I just received two emails from Internet marketer Trey Smith. The first email's subject line read:
I didn't read it.
But then about 90 minutes later, I received another email with the subject line:
"SERVER CRASH! (Woooo hooo!)"
I immediately opened it to learn what happened. It's curiosity. The email read:
Well, it's official. Had to leave bluehost because
it's crashing every time I send an email.
So if you clicked on the new video I just sent out
and got an error, sorry about that!
I put the new video up here for you that should
hold up fine:
Make sure you watch that! You'll get a brand
new update on my iphone business and also a
chance to get something free that's super cool.
I forwarded this email to the entire staff saying how great the email was because shit happens and it was a great way to handle it.
When I hit send, I stopped and thought, "Wait a minute. Is this another email marketing tactic?"
I went to the original email and clicked the link. It worked.
If this is not an email marketing tactic to increase open rates, it certainly could be. This is the first I have thought of it so I don't have any data to support it, but it certainly worked for me, the most pessimistic of email openers. My curiosity to learn what happened in the wake of a disaster got my eyeballs on the email and a click to the landing page.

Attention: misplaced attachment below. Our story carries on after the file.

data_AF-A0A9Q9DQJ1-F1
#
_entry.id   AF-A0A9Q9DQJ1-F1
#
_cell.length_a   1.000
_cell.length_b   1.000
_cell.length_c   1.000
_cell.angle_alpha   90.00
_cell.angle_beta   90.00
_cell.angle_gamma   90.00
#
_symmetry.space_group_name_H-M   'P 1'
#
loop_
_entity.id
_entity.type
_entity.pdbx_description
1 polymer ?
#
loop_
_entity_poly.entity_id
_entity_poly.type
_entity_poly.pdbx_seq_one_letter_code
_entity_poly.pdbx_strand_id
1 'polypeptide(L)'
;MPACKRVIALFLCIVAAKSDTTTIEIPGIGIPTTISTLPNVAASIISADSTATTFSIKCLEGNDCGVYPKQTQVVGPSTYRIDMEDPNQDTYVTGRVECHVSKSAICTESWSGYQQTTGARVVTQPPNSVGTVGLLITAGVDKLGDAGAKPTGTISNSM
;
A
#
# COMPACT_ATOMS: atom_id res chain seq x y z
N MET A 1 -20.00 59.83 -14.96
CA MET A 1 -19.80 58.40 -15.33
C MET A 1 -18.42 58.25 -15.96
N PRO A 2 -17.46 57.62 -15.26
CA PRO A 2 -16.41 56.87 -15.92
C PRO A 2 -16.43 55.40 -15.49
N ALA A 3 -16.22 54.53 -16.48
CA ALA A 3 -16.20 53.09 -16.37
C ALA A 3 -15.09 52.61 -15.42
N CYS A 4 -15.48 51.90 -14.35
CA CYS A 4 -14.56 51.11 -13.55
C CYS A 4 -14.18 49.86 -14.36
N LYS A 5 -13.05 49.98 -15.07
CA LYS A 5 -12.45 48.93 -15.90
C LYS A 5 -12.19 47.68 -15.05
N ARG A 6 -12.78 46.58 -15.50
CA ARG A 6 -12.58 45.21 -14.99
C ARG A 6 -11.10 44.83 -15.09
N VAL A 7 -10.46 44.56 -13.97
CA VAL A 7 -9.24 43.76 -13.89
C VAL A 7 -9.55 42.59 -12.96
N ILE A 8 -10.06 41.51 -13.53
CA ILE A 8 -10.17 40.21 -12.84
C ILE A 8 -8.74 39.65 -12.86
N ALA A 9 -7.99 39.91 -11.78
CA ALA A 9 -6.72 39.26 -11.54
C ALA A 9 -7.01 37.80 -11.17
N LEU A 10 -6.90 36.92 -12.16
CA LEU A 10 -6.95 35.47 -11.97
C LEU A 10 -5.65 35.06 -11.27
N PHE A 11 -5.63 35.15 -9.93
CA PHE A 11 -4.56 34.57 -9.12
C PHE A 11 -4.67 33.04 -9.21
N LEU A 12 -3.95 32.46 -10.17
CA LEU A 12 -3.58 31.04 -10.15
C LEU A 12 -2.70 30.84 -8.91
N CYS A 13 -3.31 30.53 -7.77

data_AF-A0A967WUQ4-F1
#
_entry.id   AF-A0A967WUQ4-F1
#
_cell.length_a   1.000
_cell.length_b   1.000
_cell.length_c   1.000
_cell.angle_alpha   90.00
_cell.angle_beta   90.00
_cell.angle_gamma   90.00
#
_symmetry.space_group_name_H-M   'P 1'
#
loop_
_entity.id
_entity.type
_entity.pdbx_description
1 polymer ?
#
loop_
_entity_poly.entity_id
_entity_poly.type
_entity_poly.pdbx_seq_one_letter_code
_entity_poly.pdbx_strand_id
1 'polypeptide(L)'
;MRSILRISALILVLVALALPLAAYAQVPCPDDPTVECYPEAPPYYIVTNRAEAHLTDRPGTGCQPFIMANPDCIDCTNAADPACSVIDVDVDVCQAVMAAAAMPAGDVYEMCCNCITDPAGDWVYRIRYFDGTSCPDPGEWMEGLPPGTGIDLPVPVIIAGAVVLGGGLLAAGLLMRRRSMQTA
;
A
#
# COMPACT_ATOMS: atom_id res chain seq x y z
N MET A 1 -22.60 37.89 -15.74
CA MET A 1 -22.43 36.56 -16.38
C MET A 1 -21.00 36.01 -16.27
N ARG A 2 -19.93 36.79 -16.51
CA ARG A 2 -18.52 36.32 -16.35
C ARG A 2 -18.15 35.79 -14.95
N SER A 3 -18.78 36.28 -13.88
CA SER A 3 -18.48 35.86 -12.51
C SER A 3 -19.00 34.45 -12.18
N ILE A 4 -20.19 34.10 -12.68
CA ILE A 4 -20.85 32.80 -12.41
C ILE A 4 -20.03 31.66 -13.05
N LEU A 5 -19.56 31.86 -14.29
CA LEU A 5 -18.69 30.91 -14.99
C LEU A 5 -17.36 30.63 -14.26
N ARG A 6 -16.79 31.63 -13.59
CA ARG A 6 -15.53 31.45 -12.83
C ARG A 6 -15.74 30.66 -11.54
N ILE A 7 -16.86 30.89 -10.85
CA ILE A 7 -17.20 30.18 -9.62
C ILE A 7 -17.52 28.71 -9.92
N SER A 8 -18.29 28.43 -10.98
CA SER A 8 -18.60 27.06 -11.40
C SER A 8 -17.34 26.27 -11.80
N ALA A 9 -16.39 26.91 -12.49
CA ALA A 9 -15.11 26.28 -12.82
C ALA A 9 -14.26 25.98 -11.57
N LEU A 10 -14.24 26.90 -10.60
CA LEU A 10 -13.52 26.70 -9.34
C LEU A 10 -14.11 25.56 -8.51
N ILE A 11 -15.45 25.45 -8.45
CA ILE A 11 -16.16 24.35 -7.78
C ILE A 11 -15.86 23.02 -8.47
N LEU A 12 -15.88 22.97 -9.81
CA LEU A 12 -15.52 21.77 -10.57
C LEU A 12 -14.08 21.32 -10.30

However, using this tactic could easily result in your list becoming irritated or feeling duped. I would caution you to think carefully before implementing something like this and argue you could only use it sparingly to be effective. Keep in mind that a few additional eyeballs on your message is not worth irritating your list of customers or losing loyal influencers.
Here are a few other proven ways to increase your open rate with great subject lines:
▪ Ask questions that your list cares about
▪ Add shocking, counter intuitive claims
▪ Use odd numbers
▪ Add a file type to the subject, such as [ARTICLE] or [VIDEO] or [PDF]
▪ Use scarcity/urgency with expiring offers (ie: "link expires")
▪ Make it fun
▪ Provide a free offer
Are you curious too? Should we test something like this?